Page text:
Preferred Property Program

What Is Covered Starts With What Isn’t –The Policy Exclusions!

15 October 2013 By In Blog style

Part 2 –Your Property Insurance

Congratulations! If you read the first installment of this continuing blog, then you have graduated kindergarten and are ready to begin Insurance grade school. I am often asked about what is or isn’t covered under a commercial insurance policy. Many times somebody will ask me, I was wondering if “blank” is covered under my policy.

When you drive past a property you own or manage and see something similar to this picture, are you 100% confident in the choices you made with your insurance contracts?

Sandy Damaged HomeThe answer typically is, “It depends”. The first thing you need to know is what type of policy did you purchase? There are three basic types of coverage forms for insurance as it related to property. The first is basic, or what was previously known as “named perils coverage”. In this instance, what is covered are only the items listed in the form. Things such as fire, lightning, explosion, theft, and vandalism are a few of the losses that the policy will cover as they are specifically listed (or named) in the policy. If what happened to you isn’t in that specific list of what is covered, then the simple answer is it isn’t covered. This is the bare minimum of coverage available and should be avoided at all costs. The only time you may find this coverage form in effect is if your company has experienced numerous property claims and cannot get either broad form or special form.

The second type of property coverage available is slightly broader than basic and hence its name, Broad Form Property Coverage. However, do not be fooled by the coverage name of “broad form” as this is only slightly better than basic coverage. It adds some additional causes of loss such as “falling objects”, “weight of ice, sleet or snow”, and “water damage”. This is better than the basic coverage form but really doesn’t give you “broad” coverage as the name implies (it should be titled Broader Form Property Coverage).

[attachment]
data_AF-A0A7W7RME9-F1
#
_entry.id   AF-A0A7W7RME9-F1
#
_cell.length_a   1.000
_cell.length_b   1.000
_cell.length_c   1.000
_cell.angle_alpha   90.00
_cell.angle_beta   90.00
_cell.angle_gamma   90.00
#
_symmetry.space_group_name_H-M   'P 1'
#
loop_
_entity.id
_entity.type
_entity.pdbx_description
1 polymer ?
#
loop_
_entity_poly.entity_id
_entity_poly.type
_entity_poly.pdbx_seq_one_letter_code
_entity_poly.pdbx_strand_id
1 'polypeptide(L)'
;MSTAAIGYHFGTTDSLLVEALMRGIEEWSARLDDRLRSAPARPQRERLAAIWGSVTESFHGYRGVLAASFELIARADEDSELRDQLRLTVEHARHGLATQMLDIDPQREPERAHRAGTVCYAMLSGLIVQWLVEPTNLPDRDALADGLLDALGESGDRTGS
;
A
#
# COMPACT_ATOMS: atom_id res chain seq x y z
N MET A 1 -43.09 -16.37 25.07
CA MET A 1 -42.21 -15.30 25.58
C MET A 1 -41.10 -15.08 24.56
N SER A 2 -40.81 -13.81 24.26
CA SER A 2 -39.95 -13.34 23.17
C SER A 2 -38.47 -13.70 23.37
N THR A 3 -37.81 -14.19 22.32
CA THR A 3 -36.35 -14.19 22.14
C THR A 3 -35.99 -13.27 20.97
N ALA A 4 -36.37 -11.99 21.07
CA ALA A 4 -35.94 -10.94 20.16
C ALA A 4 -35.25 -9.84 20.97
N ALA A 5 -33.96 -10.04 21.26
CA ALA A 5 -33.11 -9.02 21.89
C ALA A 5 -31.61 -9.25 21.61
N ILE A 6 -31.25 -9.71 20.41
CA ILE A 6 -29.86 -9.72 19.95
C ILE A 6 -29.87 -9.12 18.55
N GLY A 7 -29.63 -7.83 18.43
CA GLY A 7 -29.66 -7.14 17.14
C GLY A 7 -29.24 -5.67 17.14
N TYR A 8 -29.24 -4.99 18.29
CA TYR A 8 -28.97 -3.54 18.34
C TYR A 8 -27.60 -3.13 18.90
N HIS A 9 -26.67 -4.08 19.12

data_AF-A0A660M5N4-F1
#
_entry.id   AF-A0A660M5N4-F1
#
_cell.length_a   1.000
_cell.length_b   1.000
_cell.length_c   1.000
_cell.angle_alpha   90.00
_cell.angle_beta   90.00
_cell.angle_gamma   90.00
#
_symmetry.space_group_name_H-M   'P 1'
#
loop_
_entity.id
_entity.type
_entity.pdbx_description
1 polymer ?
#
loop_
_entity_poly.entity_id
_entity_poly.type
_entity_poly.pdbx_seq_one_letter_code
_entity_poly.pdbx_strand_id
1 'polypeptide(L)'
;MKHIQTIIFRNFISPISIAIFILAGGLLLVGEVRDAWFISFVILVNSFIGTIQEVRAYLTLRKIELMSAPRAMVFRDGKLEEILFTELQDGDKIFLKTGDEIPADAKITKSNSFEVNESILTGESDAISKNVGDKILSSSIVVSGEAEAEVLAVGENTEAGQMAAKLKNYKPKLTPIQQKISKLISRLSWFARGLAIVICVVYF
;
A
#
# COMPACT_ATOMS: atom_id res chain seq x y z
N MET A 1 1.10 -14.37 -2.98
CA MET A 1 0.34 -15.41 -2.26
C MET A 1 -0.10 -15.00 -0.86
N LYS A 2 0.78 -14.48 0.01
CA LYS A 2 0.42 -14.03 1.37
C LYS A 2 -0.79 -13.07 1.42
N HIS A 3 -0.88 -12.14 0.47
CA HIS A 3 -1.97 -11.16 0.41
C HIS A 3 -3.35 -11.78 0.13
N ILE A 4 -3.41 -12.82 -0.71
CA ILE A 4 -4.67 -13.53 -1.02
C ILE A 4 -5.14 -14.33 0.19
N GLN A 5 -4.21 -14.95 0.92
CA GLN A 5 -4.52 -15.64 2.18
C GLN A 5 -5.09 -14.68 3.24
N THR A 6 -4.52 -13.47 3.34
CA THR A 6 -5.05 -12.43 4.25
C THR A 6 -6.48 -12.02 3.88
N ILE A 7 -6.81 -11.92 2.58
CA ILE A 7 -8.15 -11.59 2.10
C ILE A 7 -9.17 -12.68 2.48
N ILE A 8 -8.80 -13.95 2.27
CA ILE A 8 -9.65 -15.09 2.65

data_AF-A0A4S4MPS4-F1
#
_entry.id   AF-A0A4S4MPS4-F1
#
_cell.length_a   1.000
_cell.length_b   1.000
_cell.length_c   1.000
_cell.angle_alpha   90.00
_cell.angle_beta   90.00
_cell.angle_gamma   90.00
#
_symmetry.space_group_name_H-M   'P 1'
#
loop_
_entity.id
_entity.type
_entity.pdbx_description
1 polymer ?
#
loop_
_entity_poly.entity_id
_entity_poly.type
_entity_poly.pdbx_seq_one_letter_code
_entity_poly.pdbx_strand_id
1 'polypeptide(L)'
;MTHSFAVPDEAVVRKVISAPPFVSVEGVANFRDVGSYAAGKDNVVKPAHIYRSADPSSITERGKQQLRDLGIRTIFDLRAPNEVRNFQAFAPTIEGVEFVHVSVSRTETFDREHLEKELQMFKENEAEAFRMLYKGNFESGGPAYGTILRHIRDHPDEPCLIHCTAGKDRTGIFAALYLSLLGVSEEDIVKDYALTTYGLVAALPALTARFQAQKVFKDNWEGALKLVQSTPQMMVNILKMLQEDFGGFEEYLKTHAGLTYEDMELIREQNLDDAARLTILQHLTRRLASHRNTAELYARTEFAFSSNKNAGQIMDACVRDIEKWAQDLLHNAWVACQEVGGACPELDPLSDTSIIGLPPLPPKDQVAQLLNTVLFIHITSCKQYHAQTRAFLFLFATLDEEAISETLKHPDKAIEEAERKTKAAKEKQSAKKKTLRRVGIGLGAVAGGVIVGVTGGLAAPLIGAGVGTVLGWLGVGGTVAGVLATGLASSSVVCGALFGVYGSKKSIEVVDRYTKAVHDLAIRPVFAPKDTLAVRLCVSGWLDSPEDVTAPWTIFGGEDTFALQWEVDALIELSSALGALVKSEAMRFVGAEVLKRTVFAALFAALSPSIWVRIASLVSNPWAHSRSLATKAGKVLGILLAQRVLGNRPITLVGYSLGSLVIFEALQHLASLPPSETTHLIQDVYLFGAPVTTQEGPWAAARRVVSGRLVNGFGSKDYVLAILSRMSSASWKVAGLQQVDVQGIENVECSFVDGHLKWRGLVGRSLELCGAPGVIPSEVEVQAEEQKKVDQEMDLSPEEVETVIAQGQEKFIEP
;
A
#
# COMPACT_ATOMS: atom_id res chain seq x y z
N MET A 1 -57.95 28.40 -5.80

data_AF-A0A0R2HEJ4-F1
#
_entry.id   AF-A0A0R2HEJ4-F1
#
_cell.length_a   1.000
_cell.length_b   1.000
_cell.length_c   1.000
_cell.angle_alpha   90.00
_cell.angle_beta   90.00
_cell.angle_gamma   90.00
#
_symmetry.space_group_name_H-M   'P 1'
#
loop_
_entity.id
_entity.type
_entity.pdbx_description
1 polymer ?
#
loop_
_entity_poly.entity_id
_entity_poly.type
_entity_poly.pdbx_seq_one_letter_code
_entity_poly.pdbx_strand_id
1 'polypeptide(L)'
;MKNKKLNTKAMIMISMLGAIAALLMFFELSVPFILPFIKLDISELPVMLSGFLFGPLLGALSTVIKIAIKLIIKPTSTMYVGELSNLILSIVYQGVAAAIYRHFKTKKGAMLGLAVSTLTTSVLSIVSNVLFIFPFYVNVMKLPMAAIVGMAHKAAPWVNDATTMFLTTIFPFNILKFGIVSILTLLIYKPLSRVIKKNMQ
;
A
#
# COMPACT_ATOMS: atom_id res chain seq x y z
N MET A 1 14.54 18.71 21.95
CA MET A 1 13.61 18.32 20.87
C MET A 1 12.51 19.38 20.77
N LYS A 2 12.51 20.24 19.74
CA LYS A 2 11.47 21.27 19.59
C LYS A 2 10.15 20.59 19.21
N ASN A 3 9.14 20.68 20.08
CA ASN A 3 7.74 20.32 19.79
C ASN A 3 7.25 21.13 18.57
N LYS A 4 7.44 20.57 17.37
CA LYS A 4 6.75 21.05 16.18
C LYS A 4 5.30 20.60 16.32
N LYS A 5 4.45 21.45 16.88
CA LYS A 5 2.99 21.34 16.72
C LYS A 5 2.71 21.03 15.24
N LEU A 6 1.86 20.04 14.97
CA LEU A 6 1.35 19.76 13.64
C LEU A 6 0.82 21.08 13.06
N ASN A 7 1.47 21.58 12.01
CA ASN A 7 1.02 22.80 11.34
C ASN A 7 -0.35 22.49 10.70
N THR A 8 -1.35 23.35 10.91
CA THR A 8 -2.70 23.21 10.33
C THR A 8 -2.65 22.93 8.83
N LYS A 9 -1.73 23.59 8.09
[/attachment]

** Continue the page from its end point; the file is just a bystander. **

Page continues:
The last and best coverage form for property coverage is “special’ (previously known as all-risk) coverage which provides for risks of direct physical loss unless excluded or limited. If you have this type of property coverage, (which I strongly recommend) then to understand what is covered, you must first go to what isn’t covered, or the exclusions section. If you what just happened to you isn’t specifically excluded then chances are excellent that some type of coverage may exist.

Here is a list of what is considered “typical normal exclusions” such as

  1. “Ordinance or Law” (regulates the reconstruction, use or repair of existing property to meet current building standards),
  2. “Earth Movement” –earthquake, landslide, any earth sinking, if earth movement results in a fire then the ensuing loss from fire is covered
  3. Government Action
  4. “Nuclear Hazard”
  5. Utility Services – failure of power, communication, water or other utility service
  6. “War and Military Action”
  7. “Water “ –flood, surface water waves, tides and tidal water
  8. “Fungus”, “Wet Rot” “Dry Rot” and “Bacteria” (mold)
  9. As I have stated these are the most common t exclusions and for most of the coverages listed above, you can typically either purchase the coverage back or purchase a separate policy (such as flood) to protect your firm from these potential losses. So as to keep these articles “digestible” I will discuss these coverage options in greater detail when we get to Property Insurance 201.